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Environmental Protection & Preservation


U.S. Consumers Hold Big Business Accountable for Global Warming


Independent market research firm, The MindClick Group, today released the findings of a new study detailing consumer attitudes toward climate change: more than 60 percent of US consumers hold government and big business directly accountable for global warming. The MindClick Consumer Global Warming Monitor (GWM) is a quarterly examination of how concern for global warming is affecting U.S. consumers' purchase habits, perceptions, attitudes, and behaviors. The study, which polled 532 U.S. consumers online, was conducted in January 2007 using data collection software and U.S. consumer panels from GMI (Global Market Insite, Inc.) based in Seattle, Wash. Designed to provide business leaders with an unbiased point-of-view of the American consumer, MindClick's groundbreaking GWM has identified five distinct market segments that explain U.S. attitudes and opinions about global warming as follows:

The Alarmists: Extremely concerned. Hold big business, industry and government responsible for global warming. Believe global warming is impacting their health.

The Optimists: Extremely concerned. Believe big business, industry, government and individuals are addressing the problem of global warming.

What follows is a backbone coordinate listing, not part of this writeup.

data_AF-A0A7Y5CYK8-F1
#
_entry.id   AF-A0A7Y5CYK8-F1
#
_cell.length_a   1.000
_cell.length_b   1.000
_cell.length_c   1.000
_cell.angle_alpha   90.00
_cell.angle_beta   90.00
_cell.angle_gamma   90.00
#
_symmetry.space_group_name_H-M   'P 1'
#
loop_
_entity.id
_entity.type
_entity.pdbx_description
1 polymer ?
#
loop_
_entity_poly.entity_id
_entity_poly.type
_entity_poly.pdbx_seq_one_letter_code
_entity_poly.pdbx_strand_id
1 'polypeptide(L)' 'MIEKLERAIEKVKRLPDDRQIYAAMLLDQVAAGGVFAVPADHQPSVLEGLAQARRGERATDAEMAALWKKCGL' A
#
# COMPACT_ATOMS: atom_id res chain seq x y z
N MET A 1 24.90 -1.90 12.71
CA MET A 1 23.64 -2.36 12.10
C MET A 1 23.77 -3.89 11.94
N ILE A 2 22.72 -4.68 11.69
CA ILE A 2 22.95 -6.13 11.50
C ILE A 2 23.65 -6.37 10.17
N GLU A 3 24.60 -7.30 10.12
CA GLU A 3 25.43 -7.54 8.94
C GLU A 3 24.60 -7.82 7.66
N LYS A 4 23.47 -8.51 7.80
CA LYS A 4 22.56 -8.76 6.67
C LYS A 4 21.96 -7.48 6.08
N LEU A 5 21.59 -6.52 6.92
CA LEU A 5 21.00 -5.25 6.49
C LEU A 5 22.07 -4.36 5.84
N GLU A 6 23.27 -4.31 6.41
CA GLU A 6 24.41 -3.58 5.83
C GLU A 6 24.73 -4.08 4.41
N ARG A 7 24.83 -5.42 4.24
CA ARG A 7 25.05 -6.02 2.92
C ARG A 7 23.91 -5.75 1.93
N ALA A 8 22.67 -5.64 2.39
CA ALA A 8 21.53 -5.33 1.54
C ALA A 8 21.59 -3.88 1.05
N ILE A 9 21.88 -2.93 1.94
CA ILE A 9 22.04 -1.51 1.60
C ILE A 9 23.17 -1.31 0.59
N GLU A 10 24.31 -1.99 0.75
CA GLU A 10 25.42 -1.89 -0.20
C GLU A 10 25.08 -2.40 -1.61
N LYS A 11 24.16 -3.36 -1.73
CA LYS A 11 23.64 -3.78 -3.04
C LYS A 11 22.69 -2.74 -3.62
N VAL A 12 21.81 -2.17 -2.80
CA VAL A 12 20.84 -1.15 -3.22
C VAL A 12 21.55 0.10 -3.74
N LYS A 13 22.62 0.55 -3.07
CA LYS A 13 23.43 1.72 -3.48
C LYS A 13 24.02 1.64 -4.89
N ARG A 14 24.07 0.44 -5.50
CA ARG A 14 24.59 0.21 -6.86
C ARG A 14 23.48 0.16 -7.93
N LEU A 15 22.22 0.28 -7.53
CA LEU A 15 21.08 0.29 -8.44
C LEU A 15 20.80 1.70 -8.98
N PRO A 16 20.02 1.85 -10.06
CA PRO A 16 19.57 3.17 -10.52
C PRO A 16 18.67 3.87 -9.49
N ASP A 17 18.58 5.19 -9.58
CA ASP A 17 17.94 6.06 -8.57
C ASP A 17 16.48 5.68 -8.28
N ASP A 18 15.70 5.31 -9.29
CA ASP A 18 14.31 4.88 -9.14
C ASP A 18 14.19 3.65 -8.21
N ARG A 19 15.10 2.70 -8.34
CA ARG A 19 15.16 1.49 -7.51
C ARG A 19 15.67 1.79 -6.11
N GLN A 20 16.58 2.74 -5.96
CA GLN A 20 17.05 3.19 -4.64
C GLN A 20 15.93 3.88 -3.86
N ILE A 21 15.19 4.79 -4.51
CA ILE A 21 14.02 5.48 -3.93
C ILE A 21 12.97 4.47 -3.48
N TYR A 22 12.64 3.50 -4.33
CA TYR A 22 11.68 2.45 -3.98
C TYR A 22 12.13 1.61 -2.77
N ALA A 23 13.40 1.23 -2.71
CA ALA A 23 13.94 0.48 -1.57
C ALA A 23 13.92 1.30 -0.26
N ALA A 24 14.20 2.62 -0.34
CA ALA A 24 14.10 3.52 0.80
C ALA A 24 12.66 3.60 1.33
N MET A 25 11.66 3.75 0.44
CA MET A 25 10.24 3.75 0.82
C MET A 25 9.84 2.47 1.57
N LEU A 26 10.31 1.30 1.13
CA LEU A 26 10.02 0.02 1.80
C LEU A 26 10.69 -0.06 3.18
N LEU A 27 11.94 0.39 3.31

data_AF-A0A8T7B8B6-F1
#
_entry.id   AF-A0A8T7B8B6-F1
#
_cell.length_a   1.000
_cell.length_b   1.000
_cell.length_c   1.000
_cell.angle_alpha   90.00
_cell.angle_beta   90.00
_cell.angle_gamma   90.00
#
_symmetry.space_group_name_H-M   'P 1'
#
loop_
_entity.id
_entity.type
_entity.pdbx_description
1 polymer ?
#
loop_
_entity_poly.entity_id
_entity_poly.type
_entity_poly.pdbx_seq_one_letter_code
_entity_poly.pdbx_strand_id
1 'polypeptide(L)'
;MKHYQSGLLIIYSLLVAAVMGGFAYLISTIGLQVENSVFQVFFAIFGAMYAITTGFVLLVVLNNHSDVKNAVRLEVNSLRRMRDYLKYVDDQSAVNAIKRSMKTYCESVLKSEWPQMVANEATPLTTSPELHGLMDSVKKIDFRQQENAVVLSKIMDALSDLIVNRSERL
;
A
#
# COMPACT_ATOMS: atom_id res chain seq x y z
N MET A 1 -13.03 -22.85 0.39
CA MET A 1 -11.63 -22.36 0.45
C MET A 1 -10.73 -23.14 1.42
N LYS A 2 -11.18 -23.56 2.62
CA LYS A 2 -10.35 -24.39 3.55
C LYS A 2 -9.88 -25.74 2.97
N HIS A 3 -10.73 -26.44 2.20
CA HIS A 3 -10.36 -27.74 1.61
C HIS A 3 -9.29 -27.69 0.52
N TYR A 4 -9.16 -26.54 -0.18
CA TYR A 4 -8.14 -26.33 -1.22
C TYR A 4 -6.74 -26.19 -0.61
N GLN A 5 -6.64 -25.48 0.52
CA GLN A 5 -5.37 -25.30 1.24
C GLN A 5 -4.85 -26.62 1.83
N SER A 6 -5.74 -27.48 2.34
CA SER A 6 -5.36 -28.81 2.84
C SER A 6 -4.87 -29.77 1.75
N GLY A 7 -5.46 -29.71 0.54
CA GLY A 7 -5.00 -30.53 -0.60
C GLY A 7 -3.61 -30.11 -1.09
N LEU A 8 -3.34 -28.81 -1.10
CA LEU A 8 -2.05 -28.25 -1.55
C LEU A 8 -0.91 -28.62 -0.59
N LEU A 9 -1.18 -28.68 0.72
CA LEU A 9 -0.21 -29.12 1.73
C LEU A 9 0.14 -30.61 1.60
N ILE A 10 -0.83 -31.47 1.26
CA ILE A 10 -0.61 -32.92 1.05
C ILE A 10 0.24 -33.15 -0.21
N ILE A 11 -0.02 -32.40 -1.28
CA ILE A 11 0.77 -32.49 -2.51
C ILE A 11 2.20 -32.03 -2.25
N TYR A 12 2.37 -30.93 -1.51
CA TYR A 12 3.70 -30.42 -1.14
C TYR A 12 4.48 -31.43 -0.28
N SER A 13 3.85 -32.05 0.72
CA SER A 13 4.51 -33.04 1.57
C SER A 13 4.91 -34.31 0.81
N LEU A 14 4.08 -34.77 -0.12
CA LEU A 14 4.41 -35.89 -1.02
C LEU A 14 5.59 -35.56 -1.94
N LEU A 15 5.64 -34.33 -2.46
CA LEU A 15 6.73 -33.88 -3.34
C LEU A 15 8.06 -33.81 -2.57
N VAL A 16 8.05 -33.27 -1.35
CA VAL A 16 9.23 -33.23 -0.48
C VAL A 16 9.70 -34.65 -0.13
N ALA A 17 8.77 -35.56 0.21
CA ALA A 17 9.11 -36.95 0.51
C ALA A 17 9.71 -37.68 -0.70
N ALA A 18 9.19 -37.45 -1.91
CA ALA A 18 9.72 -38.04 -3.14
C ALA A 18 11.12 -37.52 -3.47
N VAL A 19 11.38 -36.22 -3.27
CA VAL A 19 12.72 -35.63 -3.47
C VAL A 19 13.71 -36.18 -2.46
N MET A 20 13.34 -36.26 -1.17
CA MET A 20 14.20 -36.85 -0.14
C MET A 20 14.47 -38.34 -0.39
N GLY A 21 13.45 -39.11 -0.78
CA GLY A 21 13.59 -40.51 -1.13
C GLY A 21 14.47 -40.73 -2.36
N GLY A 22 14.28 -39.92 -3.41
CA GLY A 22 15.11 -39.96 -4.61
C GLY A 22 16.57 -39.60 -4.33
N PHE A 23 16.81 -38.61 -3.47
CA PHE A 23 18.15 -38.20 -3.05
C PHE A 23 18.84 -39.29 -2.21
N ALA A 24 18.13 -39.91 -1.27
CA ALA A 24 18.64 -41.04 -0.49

The Worried Middle: Highly concerned. Worried that profit motivations are preventing business, industry and government from providing solutions to global warming.

The Confused: Undecided about global warming, yet moderately concerned. Still believe it is somewhat important for business, industry and government to address the problem.

The Non-Believers: Believe global warming is not happening, and that no change is required by business, industry or government.

Key findings among all five segments include:
  • 50 percent of U.S. consumers believe the oil, gas and automotive industries value profits over climate change implications.
  • At least 33 percent of U.S. consumers attribute changes in personal health to unusual weather.
  • One out of three U.S. consumers attribute unusual weather patterns to global warming.
"For anyone who questions whether climate change is a mainstream issue, the answer is a resounding YES," explains JoAnna Abrams, CEO of The MindClick Group. "Be it political, economical or environmental, global warming is now a mainstream issue among U.S. consumers. Business leaders need to fully understand and prepare for the potential impact on their brands, products, and bottom line."

"By powering MindClick's research, GMI is hoping to provide more insight into the effects of climate change on consumer behavior and attitudes," added Michael Allenson, executive vice president at GMI who powered the study. "There is a great deal more to be learned on the subject of global warming. GMI is looking forward to assisting MindClick's future surveys via our ability to segment high-quality survey samples across business, consumer, national and global spectrums."

"The news is not all bad for big business," continued Abrams. "American consumers are increasingly receptive to corporations that are finding ways to develop and implement truly innovative policies, programs, products and services that positively impact climate change. Conversely, survey results indicate that companies that choose to ignore environmental concerns can expect to find themselves at an economic disadvantage to those who embrace and effectively respond to it."

A complimentary executive summary report of the research findings is available at: http://www.mgwmonitor.com.





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